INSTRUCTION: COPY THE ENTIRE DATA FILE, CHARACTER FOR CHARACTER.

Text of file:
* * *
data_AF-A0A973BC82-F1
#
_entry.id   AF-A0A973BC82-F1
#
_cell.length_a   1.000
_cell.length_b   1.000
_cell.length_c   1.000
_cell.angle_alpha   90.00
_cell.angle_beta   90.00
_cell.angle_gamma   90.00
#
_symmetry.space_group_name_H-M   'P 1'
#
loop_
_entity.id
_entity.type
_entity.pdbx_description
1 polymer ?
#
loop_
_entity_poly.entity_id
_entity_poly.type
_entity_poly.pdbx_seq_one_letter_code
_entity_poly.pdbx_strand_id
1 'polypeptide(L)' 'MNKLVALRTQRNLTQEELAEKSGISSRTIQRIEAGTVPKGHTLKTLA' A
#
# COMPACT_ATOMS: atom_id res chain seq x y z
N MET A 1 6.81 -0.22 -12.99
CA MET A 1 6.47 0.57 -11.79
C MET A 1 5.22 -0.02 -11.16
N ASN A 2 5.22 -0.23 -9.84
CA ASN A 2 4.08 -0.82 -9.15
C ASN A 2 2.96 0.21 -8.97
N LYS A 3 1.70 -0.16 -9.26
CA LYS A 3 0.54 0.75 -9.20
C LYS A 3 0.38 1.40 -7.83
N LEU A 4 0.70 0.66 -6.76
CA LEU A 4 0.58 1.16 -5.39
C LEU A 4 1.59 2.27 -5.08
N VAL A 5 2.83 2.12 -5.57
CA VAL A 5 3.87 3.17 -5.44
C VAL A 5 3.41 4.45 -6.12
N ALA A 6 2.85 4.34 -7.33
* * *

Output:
data_AF-A0A973BC82-F1
#
_entry.id   AF-A0A973BC82-F1
#
_cell.length_a   1.000
_cell.length_b   1.000
_cell.length_c   1.000
_cell.angle_alpha   90.00
_cell.angle_beta   90.00
_cell.angle_gamma   90.00
#
_symmetry.space_group_name_H-M   'P 1'
#
loop_
_entity.id
_entity.type
_entity.pdbx_description
1 polymer ?
#
loop_
_entity_poly.entity_id
_entity_poly.type
_entity_poly.pdbx_seq_one_letter_code
_entity_poly.pdbx_strand_id
1 'polypeptide(L)' 'MNKLVALRTQRNLTQEELAEKSGISSRTIQRIEAGTVPKGHTLKTLA' A
#
# COMPACT_ATOMS: atom_id res chain seq x y z
N MET A 1 6.81 -0.22 -12.99
CA MET A 1 6.47 0.57 -11.79
C MET A 1 5.22 -0.02 -11.16
N ASN A 2 5.22 -0.23 -9.84
CA ASN A 2 4.08 -0.82 -9.15
C ASN A 2 2.96 0.21 -8.97
N LYS A 3 1.70 -0.16 -9.26
CA LYS A 3 0.54 0.75 -9.20
C LYS A 3 0.38 1.40 -7.83
N LEU A 4 0.70 0.66 -6.76
CA LEU A 4 0.58 1.16 -5.39
C LEU A 4 1.59 2.27 -5.08
N VAL A 5 2.83 2.12 -5.57
CA VAL A 5 3.87 3.17 -5.44
C VAL A 5 3.41 4.45 -6.12
N ALA A 6 2.85 4.34 -7.33